#SHRM17, Career, Human Resources, Working in People & Culture

Heading to #SHRM17 as an International Attendee?

Last year I attended SHRM for the first time – it was spectacular!

Attending as an international delegate, the scale of the conference was mind-blowing – much bigger than anything I’ve attended in Australia or New Zealand. I was surprised with the number of international participants, but to be honest the biggest takeaway for me was the calibre of attendees and speakers alike.

This year the conference is in New Orleans – somewhere that would be amazing to get to!

SHRM17StreetSignLOGO

It wasn’t just the keynotes either (although they were pretty spectacular all round) – the value I got from the other attendees – in particular, the organisers, volunteers, bloggers and the people I met in the lunch lines was the absolute highlight. Being able to share in their enthusiasm for rethinking how we engage with people in our organisations and witness the evolution of HR was career changing.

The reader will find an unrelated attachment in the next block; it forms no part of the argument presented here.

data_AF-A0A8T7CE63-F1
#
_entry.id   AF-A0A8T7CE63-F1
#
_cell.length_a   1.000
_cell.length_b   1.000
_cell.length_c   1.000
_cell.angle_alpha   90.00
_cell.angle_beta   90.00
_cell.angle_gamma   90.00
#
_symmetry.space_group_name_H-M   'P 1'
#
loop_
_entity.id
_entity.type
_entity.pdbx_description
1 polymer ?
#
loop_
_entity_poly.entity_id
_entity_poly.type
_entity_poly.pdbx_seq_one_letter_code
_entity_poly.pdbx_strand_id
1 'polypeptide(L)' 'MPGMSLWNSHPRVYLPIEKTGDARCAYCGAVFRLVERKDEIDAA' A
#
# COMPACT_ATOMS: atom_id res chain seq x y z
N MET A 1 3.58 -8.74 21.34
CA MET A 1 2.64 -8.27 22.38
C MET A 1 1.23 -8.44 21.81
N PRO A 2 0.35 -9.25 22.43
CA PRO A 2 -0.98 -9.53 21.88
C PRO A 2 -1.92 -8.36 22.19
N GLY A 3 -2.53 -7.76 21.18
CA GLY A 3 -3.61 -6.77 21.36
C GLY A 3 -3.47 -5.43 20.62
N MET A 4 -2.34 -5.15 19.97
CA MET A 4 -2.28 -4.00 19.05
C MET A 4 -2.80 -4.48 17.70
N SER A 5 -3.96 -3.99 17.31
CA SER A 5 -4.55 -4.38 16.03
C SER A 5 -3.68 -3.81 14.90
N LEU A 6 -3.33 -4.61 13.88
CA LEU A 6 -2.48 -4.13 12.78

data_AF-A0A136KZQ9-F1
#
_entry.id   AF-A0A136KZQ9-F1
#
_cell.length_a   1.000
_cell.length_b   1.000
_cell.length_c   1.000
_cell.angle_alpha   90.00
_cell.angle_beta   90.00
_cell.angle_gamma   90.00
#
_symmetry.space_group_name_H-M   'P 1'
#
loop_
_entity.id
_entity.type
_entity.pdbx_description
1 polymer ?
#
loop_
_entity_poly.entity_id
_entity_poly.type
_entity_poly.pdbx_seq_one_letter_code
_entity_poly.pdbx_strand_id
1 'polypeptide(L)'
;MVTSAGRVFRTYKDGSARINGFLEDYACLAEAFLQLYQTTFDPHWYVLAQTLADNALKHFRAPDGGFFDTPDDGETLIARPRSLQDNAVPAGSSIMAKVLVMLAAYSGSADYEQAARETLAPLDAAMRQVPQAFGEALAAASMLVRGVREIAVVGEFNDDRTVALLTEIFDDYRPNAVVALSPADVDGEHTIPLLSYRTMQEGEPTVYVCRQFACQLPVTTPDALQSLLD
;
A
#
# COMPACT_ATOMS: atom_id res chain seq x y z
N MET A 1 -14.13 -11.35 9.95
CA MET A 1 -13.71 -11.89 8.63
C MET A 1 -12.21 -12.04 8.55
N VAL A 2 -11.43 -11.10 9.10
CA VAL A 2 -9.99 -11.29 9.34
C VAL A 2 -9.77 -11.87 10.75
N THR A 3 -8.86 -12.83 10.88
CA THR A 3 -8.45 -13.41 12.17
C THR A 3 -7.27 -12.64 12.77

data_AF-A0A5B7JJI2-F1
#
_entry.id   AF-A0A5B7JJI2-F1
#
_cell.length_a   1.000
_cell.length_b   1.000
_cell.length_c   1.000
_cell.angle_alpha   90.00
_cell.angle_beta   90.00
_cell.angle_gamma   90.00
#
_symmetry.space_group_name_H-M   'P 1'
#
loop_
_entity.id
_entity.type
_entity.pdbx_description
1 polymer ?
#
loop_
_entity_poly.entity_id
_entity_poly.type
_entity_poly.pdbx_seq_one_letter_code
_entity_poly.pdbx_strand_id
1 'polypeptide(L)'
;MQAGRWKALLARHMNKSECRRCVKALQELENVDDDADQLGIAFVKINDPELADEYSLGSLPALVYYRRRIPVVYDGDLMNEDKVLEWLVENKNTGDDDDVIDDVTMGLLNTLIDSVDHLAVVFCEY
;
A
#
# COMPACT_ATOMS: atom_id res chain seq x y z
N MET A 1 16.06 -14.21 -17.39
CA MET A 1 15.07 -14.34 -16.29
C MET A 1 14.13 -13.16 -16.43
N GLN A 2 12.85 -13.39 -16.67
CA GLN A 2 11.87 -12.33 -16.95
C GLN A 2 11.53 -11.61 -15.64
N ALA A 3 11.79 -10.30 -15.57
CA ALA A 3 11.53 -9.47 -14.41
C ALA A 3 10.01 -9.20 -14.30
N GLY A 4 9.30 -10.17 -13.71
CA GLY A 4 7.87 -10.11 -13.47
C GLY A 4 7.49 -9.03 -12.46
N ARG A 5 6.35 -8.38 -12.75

As a first time attendee I relied a huge amount on the SHRM Blogger articles and the guides published on the conference website. The scale being much bigger than anything I’d interacted with before was a little (edit: a lot) daunting: multiple streams, concurrent sessions, a large venue, all meant that relying on advice from the experts in planning my time was invaluable.

Things to consider for international attendees?

  1. Check out the international lounge – you will meet a huge variety of people and it’s nice to have a ‘base’ to work from.
  2. Read up on the SHRM Blogger articles. These are the people to take advice from, veteran SHRM attendees and new additions alike, they’ve scoped some of the hottest speakers and expo attendees and will point you towards all the hidden treasures of the conference.
  3. The Smart Stage is absolutely the place to be when you’ve found yourself with a bit of time (and there’s undoubtedly a number of speakers that you want to schedule into your conference time too) – but the ‘aha!’ moments I had when just sitting down for half an hour were some of the highlights of my SHRM16 time.
  4. Plan plan plan! No you don’t have to plan down to every minute (unless that’s your thing – then go nuts!) but make sure you’ve had a good look through the schedule and find your top picks – the venue is big and if you have a must-see you don’t want to miss out because that session was at the other end of the venue or you got lost (see step 5 for getting lost).